What does grumbling do to us?
It was the persistent sin of God’s people in the wilderness. They’d get hungry, thirsty. They’d have some dire need. They’d get impatient, short tempered, way beyond the emotional boiling point. And out it would come, the sound of grumble.
They did it at the beginning of their journey (Ex 17:3).
Here in Numbers 21, nearly forty years later, they were still doing it. They’d learned nothing. They said, this time, they were hungry – but not really. They loathed the food God gave them. They said they were thirsty – but again, not really. God always provided enough, they knew that (Dt 8:2-6).
Murmur. Grumble. Complain. Something’s wrong. They’re in need. They’ve been hurt. They’re in pain. The sound is always the same as self takes center stage: God’s in the wrong. God’s to blame. Why did He bring them out of Egypt to die in the wilderness? Why, if He loved them, didn’t He care for their needs? But He didn’t, not to their satisfaction. So they argued, they quarreled, “Why…kill us and our children and our livestock with thirst?” (Ex 17:3).
We’re not so different, are we?
Did you know the word grumble, in Hebrew, also describes a place to lodge or spend the night? Isn’t that true of grumbling? Our complaint against God lodges itself deep in our soul. The longer it stays the night, the more distorted our view of God becomes.
Think about it: Grumbling never remembers the past. It never considers what God has done for us; His mighty acts; His saving power when we cried out to Him. We praised Him then for answered prayer; for His mercy and faithful love for us. Where is the memory of that now?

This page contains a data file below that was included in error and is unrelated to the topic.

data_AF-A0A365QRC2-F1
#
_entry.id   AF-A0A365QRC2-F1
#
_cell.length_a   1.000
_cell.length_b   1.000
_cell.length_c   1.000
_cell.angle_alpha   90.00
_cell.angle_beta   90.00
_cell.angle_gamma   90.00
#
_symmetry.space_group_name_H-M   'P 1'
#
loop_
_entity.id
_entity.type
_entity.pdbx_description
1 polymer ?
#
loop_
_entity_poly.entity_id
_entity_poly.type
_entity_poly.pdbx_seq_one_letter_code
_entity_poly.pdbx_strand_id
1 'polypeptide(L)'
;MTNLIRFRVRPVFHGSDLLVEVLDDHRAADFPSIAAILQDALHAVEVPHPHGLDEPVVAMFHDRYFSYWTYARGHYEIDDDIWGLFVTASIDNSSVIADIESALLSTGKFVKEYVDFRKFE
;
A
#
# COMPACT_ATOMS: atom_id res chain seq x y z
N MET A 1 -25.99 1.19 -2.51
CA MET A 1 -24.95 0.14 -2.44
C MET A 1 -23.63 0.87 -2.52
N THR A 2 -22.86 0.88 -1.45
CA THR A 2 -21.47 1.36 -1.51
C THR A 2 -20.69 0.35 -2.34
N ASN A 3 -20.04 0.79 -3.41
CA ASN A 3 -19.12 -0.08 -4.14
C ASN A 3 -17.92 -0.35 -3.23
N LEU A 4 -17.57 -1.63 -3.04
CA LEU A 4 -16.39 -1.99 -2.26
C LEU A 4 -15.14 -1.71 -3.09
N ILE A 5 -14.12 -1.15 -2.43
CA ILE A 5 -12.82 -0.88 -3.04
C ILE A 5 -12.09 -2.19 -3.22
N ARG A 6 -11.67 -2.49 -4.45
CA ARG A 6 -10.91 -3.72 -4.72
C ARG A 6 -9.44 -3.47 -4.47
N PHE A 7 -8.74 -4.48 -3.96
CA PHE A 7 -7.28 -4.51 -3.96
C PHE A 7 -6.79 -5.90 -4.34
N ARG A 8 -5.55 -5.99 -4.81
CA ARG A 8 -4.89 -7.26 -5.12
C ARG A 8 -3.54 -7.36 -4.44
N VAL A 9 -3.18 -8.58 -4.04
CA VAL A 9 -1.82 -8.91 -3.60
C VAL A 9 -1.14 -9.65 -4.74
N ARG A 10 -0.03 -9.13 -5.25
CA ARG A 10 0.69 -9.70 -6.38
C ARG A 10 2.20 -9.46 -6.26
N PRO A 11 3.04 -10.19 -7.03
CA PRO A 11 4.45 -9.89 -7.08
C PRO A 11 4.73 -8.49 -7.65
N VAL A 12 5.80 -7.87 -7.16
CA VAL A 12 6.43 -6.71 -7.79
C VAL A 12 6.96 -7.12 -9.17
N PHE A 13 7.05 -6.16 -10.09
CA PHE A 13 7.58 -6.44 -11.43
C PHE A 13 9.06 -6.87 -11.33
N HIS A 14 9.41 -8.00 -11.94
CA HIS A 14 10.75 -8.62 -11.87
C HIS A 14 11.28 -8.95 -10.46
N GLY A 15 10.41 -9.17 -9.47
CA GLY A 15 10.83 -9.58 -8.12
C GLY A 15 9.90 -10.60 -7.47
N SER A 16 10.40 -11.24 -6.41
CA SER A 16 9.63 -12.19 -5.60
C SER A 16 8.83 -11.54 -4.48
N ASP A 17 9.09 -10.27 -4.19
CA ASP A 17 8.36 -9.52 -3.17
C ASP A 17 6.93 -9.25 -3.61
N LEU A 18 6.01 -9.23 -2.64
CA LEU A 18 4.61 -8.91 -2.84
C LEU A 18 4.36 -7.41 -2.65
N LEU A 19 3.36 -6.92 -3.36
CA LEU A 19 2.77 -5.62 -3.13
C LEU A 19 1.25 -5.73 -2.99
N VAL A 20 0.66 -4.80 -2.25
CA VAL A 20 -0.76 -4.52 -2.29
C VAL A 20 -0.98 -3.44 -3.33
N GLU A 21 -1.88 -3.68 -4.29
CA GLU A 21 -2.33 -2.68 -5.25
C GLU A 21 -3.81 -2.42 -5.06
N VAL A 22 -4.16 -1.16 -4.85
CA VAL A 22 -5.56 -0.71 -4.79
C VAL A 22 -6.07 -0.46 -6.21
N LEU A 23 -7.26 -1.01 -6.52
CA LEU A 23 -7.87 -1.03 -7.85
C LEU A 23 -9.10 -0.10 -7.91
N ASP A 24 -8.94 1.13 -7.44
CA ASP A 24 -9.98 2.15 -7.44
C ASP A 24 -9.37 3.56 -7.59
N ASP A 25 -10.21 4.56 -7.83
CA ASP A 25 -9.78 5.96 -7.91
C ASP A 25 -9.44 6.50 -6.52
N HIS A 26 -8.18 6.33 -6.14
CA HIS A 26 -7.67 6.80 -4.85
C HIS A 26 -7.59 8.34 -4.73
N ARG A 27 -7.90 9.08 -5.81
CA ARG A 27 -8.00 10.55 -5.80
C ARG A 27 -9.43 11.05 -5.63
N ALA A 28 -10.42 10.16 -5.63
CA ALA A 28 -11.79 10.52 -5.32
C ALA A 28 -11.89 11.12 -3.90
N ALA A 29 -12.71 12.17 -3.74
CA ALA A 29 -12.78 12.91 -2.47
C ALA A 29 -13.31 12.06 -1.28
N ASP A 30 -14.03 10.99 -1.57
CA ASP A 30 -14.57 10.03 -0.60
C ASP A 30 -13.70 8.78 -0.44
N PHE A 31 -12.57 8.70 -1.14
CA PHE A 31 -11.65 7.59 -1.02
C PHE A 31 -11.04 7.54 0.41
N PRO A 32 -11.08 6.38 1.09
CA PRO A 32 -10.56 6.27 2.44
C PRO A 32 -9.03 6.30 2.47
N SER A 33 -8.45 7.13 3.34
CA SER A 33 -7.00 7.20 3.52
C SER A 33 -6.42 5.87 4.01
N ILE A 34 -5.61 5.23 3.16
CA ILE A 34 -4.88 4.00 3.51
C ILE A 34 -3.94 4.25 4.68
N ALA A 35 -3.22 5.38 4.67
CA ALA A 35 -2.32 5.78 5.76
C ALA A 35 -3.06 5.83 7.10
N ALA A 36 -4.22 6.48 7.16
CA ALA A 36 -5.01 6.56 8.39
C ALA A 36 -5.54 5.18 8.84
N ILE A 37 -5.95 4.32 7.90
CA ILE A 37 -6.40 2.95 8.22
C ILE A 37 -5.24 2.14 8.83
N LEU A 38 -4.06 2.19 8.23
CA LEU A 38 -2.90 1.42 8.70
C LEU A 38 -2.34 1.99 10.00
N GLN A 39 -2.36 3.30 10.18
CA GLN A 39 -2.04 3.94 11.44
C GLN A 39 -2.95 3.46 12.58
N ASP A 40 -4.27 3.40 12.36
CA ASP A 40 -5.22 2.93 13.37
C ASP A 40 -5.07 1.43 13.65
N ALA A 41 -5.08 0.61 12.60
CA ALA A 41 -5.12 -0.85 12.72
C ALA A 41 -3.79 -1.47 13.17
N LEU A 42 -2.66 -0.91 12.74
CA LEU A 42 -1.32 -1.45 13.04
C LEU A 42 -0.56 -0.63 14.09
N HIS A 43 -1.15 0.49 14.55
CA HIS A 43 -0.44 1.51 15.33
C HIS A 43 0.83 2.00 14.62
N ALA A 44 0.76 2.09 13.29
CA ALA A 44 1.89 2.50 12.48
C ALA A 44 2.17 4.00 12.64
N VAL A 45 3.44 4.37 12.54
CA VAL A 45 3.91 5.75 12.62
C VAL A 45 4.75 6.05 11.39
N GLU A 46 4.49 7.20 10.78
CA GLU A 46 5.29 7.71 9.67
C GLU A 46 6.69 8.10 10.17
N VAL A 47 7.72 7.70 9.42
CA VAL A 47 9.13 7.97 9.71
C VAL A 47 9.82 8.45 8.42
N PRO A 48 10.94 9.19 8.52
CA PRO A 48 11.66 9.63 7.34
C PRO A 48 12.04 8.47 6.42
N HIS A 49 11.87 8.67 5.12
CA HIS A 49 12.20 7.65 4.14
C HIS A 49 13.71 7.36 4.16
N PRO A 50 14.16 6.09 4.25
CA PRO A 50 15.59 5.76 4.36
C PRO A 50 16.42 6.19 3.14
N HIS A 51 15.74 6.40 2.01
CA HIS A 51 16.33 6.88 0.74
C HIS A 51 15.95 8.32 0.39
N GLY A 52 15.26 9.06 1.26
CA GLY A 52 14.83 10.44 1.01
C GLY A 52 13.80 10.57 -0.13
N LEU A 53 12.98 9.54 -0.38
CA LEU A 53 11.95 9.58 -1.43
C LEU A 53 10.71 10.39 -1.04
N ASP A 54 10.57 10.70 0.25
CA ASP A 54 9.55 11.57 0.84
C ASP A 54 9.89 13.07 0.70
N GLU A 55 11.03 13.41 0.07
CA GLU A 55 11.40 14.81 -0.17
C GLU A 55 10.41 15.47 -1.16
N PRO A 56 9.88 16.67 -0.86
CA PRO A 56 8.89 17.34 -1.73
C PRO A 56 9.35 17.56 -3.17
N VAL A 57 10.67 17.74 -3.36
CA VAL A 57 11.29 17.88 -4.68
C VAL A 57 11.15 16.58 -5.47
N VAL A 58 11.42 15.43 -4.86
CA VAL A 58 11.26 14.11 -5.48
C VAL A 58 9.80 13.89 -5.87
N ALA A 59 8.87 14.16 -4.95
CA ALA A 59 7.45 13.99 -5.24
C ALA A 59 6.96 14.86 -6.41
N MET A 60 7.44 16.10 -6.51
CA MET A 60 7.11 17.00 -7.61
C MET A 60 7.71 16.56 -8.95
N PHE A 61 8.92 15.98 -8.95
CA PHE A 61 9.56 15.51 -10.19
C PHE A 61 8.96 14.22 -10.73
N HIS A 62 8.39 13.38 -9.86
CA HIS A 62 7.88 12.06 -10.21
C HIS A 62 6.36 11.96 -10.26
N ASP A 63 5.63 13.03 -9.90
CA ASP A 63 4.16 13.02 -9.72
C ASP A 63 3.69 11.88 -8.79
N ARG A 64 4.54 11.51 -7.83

The hurts and needs of the present are too strong.
It got worse. They turned on Him. They blamed Him for how He utterly failed to care for them. They threatened – do we do this? – to abandon Him, saying, “Let us choose a leader and go back to Egypt” (Num 14:4)?
Our Lord, in the Sermon on the Mount, knows what grumbling does to the soul. He urged us to make a better choice. When the sound of grumble begins, know that “Your heavenly Father knows” your needs. He who cares for the birds of the field, cares for you. Seek Him. Seek His kingdom (Matt 6:32-33). It’s a hard choice when we’re overwhelmed.
But it’s the right choice. Why let grumbling spend the night? Why let it distort our view of God? It’s easy – have we not perfected this? – to get impatient, short-tempered, and let the grumbling churn down deep in our souls until it explodes out of us against our Lord. But why do it? What good comes out of it? Why not turn to Him and ask Him to help?
And trust, deep down, that our Heavenly Father’s love for us has not changed.